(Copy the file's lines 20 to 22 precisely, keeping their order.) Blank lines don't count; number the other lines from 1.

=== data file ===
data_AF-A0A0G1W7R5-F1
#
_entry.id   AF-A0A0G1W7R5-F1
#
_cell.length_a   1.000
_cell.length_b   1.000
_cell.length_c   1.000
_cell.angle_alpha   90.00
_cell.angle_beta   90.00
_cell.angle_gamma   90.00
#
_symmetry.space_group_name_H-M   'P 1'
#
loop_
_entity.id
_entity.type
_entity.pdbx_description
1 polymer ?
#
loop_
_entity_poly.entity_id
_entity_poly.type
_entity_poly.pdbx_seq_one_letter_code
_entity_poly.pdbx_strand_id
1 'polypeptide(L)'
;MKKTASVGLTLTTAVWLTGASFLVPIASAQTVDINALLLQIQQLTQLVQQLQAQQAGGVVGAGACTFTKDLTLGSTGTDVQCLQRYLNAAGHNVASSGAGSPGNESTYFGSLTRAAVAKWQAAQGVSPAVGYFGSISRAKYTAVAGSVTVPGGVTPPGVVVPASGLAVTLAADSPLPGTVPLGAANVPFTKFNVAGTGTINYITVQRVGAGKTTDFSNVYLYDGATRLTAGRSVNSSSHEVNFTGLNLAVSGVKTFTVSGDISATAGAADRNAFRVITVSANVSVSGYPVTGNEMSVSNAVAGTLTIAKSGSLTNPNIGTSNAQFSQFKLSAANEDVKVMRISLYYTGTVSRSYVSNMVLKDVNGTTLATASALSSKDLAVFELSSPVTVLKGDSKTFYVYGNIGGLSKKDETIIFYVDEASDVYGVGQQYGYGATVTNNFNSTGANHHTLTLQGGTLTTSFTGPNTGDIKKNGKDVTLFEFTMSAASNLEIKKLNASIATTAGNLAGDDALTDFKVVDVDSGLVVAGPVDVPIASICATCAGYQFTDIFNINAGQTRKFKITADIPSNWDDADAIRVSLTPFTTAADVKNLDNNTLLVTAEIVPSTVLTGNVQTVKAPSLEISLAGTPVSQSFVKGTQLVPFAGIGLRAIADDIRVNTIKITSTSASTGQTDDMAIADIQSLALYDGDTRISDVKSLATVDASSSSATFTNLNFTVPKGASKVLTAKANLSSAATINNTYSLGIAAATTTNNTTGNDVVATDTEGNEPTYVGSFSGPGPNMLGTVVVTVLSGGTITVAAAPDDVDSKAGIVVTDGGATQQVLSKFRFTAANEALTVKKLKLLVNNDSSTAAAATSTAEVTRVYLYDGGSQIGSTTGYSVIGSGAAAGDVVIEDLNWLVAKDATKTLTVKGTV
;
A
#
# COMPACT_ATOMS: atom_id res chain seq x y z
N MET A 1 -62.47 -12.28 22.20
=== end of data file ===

loop_
_entity_poly.entity_id
_entity_poly.type